Kirby Smart's 1st Season at Georgia a Mix of Frustration and Cautious Optimism

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Kirby Smart's 1st Season at Georgia a Mix of Frustration and Cautious Optimism
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Georgia head coach Kirby Smart

The first season for head coach Kirby Smart at Georgia was like a roller coaster that comes to a screeching halt in the middle of one of the scariest loops.

As a result of the 28-27 home loss to intrastate rival Georgia Tech—just the fourth time the Bulldogs have lost to the Yellow Jackets this century—fans are left hanging, wondering what will come next. Forward momentum down the track or a sudden reversal?

Both are possible after Smart's 7-5 regular-season record in year one, which should be considered a "mulligan" year. 

It starts with Smart, who didn't exactly bring the type of Nick Saban success some expected in his first season away from Alabama and first as a head coach.

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Georgia lost 24-10 to Florida on Oct. 29

The lowlights of rivalry losses to Tennessee, Florida and Georgia Tech, a stunning home loss to Vanderbilt that culminated with a mind-boggling 4th-and-1 sweep to a receiver rather than one of two stud running backs and a .500 conference record will leave scars for the next nine months.

"To the fans, I’m just as sick as you are, I’m just as upset as you are and I'm just as disappointed as you are," Smart said after the Georgia Tech loss, according to the school. "We’ve got to do a better job. We recognize that…and we will."

To steal a quote from Green Bay Packers quarterback Aaron Rodgers, "Relax."

Smart is a first-time coach who will learn from his mistakes in game situations, change his offseason program to address glaring deficiencies like inconsistency in the trenches on both sides and continue to develop a roster that, while talented, wasn't ready for playoff contention.

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Georgia head coach Kirby Smart

Saban—who had spent time as a head coach in the NFL and won a national title at LSU when he landed at Alabama—went 7-6 with a home loss to Louisiana-Monroe in his first season in Tuscaloosa. Urban Meyer—who had gone to a BCS bowl with Utah the previous season—went 5-3 in the SEC in his first season at Florida with an ultra-talented roster. Dabo Swinney went 19-15 in his first two-and-a-half seasons at Clemson before winning the ACC Atlantic in 2011.

It's hard for coaches to find early success even for established coaches with good rosters, much less for first-timers.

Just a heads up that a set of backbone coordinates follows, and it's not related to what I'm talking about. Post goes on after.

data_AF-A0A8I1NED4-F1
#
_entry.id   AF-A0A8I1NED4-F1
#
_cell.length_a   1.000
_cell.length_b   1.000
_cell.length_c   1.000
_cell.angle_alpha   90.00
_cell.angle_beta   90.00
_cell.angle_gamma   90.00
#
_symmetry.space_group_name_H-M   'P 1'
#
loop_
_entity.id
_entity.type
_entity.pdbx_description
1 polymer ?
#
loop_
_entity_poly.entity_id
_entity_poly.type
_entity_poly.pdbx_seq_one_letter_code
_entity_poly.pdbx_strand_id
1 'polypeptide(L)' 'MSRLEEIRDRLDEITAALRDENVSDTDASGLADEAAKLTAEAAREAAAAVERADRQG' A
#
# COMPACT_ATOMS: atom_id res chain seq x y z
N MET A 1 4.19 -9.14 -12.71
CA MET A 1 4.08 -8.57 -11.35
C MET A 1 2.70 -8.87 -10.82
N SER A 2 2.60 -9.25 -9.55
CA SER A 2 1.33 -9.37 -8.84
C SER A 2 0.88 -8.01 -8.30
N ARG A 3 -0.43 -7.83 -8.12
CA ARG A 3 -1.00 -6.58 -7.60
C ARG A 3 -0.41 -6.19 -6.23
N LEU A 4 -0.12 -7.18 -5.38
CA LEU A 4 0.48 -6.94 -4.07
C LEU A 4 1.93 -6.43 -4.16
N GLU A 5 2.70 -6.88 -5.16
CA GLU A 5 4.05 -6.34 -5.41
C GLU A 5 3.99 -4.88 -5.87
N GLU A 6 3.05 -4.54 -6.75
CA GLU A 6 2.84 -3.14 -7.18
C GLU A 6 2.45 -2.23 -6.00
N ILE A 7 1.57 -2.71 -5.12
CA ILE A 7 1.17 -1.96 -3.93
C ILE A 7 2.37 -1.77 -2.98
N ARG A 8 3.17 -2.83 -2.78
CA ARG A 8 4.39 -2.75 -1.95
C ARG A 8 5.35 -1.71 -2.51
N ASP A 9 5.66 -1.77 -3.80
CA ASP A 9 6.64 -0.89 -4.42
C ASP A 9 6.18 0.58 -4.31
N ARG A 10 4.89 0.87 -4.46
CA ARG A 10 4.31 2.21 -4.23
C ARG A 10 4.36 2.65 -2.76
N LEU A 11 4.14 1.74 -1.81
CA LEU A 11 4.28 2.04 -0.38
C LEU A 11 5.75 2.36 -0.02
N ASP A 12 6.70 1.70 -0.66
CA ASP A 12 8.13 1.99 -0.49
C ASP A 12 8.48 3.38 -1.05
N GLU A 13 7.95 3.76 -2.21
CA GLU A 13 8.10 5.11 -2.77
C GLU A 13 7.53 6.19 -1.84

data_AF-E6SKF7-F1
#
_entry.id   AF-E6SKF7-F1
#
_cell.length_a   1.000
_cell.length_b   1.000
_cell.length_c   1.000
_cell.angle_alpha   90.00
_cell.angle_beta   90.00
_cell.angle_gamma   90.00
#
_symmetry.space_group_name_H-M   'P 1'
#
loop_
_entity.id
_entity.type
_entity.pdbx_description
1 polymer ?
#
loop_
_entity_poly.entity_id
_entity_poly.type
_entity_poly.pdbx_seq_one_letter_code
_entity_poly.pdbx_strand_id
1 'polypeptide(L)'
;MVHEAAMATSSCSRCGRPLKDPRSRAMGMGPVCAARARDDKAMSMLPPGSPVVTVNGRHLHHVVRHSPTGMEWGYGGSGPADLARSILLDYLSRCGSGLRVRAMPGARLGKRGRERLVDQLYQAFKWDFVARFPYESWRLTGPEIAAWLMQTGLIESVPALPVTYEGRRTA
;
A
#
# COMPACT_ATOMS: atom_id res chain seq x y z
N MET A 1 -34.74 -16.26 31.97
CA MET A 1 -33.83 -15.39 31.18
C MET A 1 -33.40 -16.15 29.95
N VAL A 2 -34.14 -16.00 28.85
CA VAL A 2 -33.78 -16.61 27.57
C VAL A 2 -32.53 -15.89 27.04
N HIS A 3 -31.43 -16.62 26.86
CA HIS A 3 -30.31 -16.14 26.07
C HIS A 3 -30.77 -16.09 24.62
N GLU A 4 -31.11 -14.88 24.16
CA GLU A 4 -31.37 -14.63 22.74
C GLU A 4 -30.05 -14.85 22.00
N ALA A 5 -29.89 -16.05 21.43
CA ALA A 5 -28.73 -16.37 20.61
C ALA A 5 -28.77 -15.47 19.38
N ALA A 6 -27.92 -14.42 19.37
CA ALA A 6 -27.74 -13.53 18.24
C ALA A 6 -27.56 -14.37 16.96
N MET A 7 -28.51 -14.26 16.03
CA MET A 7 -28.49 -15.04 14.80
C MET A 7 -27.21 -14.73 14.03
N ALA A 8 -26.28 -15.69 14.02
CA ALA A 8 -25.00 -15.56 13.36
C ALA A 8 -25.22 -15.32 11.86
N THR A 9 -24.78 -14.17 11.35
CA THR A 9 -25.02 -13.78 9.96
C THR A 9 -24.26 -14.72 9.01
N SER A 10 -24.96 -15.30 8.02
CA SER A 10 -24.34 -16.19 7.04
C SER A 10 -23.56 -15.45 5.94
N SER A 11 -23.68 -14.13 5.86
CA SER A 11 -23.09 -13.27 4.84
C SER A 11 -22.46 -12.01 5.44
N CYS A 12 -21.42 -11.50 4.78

"Every day is a new day and everything is a new problem," LSU head coach Ed Orgeron said of his stint as a first-time head coach at Ole Miss (2005-07). "I went in there as a defensive line coach, and I handled everything as a defensive line coach. It didn't work. My days are long gone from that. I've learned. I've been a head coach now. We've been successful trying some new things. It was beneficial for me to go through that, learn and write down notes of what I did wrong."

It's fair to be frustrated with Smart, because this team was not competitive. That falls on him. But patience is needed for first-timers, especially those who have stellar recruiting classes coming in.

Georgia's recruiting class currently ranks fourth in the country in the class of 2017 and chimed in at No. 10 last year despite Smart and his staff being on the job for just two months. Add that with a depth chart in 2016 that included Jacob Eason being thrown into the fire, freshman wide receiver Riley Ridley emerging as a reliable deep threat, only one upperclassman on the defensive line and not a single senior starting linebacker, and Georgia's future still looks bright.

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Georgia topped North Carolina 33-24 in the 2016 season opener

The frustration also stems from what might have been. 

The SEC East was an abject disaster in 2016. But the Bulldogs still managed to throw a go-ahead touchdown pass against Tennessee with 10 seconds left in the game, only to see a big SEC East win ripped from its fingertips due to horrible defense on a Hail Mary and a heck of a play by Vol wide receiver Jauan Jennings.

If that play didn't happen, who knows how much confidence that could have given some of the youngsters heading into October and November. After all, quarterback Jacob Eason had already thrown a game-winning touchdown on 4th-and-10 at Missouri in September. Another big win would have worked wonders for the true freshman signal-caller.

What happens with youth? Inconsistency. That's what Georgia was this year not just at the quarterback spot, but across the board.

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Georgia shouldn't be an afterthought.

It shouldn't be a pushover. 

It shouldn't be anonymous in a mediocre division.

It was all of that in Smart's first season, and history can't repeat itself in 2017. If it does, there should be legitimate questions raised about Smart's ability to handle a job of Georgia's magnitude. 

But give the man some time. 

The quarterback of the future is there, running backs Elijah Holyfield and Brian Herrien should step in quickly if Sony Michel and Nick Chubb jump to the NFL, the young defense came together in 2016 and Smart will be better with a year of experience on his resume.

The roller coaster shouldn't get stuck next year.

     

Quotes obtained firsthand unless otherwise noted. Statistics courtesy of CFBStats.com unless otherwise noted.

Barrett Sallee is the lead SEC college football writer and national college football video analyst for Bleacher Report, as well as a host on Bleacher Report Radio on SiriusXM 83. Follow Barrett on Twitter @BarrettSallee.

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